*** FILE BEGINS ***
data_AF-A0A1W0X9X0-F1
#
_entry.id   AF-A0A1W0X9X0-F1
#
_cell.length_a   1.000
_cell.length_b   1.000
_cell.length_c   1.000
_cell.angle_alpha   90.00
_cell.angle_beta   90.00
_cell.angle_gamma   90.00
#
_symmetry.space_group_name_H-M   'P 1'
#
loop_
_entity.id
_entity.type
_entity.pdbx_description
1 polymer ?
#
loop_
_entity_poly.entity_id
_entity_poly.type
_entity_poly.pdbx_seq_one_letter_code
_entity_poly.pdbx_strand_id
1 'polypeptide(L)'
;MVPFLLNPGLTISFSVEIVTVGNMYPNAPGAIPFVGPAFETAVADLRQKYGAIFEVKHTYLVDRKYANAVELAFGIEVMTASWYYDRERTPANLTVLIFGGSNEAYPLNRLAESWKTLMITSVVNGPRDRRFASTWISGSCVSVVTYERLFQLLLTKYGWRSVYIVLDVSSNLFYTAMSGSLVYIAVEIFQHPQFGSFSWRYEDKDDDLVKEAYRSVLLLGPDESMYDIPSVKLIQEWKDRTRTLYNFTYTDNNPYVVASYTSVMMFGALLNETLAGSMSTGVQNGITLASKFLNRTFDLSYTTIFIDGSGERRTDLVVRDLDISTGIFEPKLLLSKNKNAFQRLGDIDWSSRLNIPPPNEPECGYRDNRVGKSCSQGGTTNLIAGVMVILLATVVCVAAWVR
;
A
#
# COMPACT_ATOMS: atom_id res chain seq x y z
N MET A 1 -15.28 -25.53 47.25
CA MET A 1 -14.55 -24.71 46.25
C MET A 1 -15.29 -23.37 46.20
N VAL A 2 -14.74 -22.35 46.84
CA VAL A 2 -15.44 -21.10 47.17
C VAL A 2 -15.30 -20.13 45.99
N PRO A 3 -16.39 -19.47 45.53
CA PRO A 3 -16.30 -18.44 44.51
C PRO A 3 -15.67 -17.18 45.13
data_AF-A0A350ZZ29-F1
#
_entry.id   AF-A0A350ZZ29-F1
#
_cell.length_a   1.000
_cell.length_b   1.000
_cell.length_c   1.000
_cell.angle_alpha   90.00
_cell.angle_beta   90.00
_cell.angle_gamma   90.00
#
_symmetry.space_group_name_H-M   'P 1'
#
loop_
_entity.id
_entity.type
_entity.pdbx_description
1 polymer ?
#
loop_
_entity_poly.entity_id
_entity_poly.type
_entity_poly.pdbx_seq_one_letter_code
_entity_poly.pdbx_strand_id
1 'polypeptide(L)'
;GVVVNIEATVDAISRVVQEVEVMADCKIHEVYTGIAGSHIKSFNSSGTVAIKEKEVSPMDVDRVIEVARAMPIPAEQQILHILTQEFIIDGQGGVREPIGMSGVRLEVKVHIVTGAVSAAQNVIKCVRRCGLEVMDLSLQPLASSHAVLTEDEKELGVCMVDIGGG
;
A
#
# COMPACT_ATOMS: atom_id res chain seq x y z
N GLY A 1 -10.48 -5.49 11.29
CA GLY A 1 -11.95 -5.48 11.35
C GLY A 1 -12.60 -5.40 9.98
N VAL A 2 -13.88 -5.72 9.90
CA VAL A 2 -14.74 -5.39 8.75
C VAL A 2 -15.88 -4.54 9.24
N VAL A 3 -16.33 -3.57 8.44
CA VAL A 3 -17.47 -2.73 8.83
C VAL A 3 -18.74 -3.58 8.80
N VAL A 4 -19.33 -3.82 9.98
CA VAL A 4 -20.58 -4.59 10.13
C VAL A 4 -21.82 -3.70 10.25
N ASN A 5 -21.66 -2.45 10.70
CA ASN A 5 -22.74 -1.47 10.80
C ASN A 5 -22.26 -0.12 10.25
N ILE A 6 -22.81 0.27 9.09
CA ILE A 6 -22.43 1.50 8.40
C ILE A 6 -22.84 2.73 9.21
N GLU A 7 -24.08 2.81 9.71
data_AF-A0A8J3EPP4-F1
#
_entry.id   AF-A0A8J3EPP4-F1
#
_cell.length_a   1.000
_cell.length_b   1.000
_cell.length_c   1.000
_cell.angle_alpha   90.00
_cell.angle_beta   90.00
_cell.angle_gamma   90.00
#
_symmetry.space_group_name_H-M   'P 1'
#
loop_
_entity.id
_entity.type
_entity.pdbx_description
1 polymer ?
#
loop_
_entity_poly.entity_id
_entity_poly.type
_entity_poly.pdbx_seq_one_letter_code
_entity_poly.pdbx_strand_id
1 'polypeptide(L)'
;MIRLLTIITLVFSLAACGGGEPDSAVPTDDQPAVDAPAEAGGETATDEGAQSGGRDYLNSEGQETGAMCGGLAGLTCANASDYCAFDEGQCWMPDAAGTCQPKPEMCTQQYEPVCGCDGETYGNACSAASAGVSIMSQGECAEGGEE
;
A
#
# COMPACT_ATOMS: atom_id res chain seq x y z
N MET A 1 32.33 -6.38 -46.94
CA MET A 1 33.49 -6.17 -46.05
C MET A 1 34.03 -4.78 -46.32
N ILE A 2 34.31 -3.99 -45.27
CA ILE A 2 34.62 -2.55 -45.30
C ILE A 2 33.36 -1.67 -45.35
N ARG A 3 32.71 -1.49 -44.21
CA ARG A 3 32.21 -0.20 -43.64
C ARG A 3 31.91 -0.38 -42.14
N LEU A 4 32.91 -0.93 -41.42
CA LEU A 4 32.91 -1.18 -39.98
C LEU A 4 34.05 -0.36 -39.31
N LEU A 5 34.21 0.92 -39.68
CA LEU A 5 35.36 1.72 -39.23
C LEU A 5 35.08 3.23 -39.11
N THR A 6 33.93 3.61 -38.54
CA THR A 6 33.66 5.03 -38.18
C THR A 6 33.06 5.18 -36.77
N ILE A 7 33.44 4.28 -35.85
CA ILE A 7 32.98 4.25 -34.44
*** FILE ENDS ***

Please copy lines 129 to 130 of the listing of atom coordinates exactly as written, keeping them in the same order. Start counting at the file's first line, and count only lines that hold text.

CA LEU A 4 32.91 -1.18 -39.98
C LEU A 4 34.05 -0.36 -39.31